Last 9/11 Commission Rec Becomes Reality

911 dispatchers will be able to talk to one another in a major disaster thanks to a new law and a recommendation from the 9-11 commission.

By Damian Trujillo and Lori Preuitt
|  Monday, Apr 23, 2012  |  Updated 6:29 PM PDT
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Images of Sorrow: New York's 9/11 Ceremony at Ground Zero

Damian Trujillo

This 911 dispatcher in San Jose will make good use of the billions of dollars spent on a new communications upgrade.

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 The final recommendation of the 9-11 commission in 2004 was fulfilled today in San Jose.

Congress approved a National Emergency Broadband Spectrum which will enable first responders to be able to communicate with each other on one frequency. The law was officially unveiled Monday in San Jose at a politically star studded press conference hosted by the San Jose police department. 
 
Lack of communication hampered rescue efforts in the deadly battle in the Oakland Hill Firestorm in 1991.  A decade later it also hampered operations at the Twin Towers in New York City.  
 
The new legislation is supposed to put an end to that by using Silicon Valley technology which will allow 911 operators to talk to emergency officials using smart pads and smart phones.
 
Congress signed off on a new $7 billion communication system that will give 911 operators their own channel for emergency communications.  It also has the secures significant funding for Next Generation 9-1-1 technology. 
 
Joey McDonald is a 911 dispatcher who knows she is one call away from an emergency. She says when a big call arrives she hopes she'll be able to talk to all first responders from areas both inside and outside the city limits. 
    
"It's very vital if we were to have a significant event when we're having our own mutual aid. It's very important to be able to talk to one another," McDonald said.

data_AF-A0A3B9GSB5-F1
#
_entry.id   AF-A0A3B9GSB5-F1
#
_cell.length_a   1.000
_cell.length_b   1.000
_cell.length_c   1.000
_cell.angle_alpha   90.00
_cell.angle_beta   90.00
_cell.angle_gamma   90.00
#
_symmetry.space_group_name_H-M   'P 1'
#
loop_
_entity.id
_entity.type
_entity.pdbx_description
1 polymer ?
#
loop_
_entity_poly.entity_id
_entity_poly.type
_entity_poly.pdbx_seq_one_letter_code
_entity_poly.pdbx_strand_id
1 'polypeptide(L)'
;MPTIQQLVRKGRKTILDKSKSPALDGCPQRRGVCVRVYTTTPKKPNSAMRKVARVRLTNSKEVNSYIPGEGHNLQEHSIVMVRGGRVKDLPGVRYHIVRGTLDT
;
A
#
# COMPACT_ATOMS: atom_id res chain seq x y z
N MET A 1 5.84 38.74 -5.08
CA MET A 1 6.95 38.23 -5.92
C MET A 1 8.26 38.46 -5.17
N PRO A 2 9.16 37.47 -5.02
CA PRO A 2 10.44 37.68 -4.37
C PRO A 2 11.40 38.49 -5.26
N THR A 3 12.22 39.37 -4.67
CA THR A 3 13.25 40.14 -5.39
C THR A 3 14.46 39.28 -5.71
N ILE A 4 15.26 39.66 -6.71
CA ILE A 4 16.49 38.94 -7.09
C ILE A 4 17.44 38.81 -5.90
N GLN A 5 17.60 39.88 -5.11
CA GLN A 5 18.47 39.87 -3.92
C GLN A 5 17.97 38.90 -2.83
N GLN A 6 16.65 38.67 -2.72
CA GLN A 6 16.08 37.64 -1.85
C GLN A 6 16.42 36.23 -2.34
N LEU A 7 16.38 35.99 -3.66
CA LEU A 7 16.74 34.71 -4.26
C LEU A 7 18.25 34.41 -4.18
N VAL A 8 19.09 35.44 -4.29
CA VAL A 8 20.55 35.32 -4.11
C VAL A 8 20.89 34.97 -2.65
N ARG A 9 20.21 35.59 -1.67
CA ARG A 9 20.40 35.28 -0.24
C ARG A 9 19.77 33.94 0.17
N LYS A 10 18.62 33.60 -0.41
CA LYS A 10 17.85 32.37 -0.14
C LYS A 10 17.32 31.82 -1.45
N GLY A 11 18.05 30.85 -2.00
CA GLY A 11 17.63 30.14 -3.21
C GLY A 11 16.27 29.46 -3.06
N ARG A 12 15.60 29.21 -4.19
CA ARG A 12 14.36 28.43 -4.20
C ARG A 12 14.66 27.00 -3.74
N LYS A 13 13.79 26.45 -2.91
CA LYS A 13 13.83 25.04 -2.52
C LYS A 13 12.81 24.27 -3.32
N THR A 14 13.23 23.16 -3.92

In New York City on 9-11 emergency crews couldn't talk to each other because different districts used different and outdated communication systems.
 
"These are powerful reminders of what we had not done to let our first responders communicate seamlessly during an emergency. Now we can say we got the job done," Congresswoman Anna Eshoo said.
 
The nation’s first responders from local to federal levels will soon have the critical interoperable airwaves needed to effectively communicate in the event of an emergency, according to Eshoo. 
 
Eshoo said the new law, which was signed by the Pres. Barack Obama in February, also provides $115 million in grants to state and local public safety entities to support implementation and operation of 9-1-1 services.
 
The new system will enable the delivery of text messages, pictures, and video to 9-1-1 call centers across the country.
 
The technology is new to emergency officials, but it is alto like most of us in Silicon Valley already do on a daily basis. Instead of sending a photo or text to a friend, 911 dispatchers will send or receive texts, photos or videos to or from crews on the scene of an emergency.  
 

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